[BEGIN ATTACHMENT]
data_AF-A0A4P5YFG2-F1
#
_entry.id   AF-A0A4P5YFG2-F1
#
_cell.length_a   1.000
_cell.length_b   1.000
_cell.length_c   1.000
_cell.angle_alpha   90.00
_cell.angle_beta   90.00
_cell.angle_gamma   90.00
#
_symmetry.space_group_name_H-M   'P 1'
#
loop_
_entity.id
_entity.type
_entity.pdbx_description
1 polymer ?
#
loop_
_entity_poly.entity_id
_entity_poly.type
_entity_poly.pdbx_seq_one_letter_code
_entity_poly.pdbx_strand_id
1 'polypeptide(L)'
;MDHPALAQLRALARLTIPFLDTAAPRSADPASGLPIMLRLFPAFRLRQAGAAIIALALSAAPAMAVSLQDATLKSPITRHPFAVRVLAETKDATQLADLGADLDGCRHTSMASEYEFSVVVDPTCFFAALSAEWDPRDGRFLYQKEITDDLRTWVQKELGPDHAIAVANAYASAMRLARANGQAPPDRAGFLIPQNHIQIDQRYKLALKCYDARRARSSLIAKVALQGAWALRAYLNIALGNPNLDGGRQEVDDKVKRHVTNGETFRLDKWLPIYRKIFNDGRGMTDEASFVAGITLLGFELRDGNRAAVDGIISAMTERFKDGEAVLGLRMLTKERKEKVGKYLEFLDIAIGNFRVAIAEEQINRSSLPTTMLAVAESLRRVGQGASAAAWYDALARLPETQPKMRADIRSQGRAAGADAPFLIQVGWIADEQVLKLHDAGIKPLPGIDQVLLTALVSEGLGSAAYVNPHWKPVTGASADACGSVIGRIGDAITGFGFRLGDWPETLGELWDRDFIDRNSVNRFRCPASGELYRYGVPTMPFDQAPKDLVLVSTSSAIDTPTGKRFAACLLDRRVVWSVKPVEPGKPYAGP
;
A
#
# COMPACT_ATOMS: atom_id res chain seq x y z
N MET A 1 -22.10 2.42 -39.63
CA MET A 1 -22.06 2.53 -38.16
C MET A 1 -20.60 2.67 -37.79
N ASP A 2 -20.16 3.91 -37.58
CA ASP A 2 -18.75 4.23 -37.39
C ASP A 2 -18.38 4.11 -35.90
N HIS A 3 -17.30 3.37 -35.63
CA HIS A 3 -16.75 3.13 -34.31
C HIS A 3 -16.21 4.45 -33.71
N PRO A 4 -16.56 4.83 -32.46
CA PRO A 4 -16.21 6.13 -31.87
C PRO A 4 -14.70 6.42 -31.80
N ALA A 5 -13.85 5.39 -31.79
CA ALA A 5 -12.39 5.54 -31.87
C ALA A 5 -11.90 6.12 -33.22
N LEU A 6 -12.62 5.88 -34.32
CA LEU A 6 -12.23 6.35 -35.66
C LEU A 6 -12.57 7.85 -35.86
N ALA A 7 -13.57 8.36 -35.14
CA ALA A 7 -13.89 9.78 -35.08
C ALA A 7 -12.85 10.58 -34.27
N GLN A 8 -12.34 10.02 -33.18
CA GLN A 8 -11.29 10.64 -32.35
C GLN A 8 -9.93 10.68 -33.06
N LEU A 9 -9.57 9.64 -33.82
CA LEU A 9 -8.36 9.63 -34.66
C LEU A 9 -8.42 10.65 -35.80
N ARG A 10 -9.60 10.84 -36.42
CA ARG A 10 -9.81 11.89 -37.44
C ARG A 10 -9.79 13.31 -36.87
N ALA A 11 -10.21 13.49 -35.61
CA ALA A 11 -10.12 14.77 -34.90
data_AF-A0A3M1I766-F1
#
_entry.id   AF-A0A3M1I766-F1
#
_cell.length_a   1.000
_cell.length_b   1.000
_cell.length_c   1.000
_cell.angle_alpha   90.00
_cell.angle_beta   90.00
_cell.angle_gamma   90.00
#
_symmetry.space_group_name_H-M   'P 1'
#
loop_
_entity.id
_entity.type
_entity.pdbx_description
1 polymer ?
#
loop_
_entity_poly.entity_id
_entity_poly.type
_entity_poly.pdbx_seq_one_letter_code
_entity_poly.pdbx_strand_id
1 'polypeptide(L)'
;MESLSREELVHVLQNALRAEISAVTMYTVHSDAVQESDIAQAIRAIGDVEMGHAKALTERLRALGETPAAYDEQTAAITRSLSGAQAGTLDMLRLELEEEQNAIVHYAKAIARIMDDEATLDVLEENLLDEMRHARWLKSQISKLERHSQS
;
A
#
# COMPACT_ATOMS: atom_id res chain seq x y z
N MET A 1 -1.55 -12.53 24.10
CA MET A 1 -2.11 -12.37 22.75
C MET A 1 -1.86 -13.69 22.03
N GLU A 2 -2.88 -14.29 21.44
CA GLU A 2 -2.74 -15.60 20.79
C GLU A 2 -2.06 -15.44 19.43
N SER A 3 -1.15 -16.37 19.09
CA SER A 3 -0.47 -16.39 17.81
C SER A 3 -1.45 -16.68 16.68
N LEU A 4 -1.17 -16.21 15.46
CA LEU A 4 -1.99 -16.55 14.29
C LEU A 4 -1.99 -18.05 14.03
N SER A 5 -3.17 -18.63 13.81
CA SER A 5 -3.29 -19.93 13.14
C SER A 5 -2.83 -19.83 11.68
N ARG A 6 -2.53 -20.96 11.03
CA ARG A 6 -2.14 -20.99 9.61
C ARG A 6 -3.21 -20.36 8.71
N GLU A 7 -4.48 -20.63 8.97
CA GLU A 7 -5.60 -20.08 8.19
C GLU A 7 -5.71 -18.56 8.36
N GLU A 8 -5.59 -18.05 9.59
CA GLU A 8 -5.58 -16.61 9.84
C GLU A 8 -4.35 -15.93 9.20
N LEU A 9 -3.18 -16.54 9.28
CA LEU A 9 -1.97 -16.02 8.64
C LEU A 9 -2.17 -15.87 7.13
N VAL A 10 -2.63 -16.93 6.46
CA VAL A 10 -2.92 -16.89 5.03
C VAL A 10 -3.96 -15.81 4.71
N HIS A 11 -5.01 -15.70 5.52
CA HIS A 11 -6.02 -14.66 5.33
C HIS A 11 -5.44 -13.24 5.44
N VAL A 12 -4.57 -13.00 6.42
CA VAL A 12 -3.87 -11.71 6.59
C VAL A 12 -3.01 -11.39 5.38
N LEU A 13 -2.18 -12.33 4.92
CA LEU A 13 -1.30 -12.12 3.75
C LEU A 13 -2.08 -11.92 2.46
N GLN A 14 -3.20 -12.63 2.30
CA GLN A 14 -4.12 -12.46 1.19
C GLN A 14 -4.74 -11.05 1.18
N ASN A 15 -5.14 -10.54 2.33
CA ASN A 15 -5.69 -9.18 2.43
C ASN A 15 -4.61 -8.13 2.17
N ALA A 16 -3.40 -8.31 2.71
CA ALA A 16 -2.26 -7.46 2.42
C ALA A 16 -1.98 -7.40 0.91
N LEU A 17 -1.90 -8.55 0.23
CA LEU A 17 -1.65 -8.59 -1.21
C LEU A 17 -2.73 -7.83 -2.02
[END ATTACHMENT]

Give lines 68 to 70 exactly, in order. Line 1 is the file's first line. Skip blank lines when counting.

_cell.length_b   1.000
_cell.length_c   1.000
_cell.angle_alpha   90.00